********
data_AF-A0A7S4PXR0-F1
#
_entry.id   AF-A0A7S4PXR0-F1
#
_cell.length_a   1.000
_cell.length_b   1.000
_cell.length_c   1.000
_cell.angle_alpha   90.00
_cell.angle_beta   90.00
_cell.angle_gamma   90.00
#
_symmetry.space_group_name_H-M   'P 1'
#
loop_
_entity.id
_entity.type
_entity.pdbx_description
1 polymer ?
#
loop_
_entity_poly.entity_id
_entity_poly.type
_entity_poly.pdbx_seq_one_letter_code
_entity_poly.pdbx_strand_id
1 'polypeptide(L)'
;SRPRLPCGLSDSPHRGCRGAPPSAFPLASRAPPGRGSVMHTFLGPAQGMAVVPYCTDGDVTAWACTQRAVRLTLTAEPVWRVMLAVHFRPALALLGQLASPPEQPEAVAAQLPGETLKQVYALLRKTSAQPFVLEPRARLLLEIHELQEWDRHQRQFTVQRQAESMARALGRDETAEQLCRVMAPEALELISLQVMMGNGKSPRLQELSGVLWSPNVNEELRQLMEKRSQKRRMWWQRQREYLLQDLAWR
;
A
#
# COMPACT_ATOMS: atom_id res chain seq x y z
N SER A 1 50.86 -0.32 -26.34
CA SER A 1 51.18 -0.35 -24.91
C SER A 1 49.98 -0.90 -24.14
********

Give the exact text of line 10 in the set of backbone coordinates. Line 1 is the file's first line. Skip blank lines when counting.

_cell.angle_gamma   90.00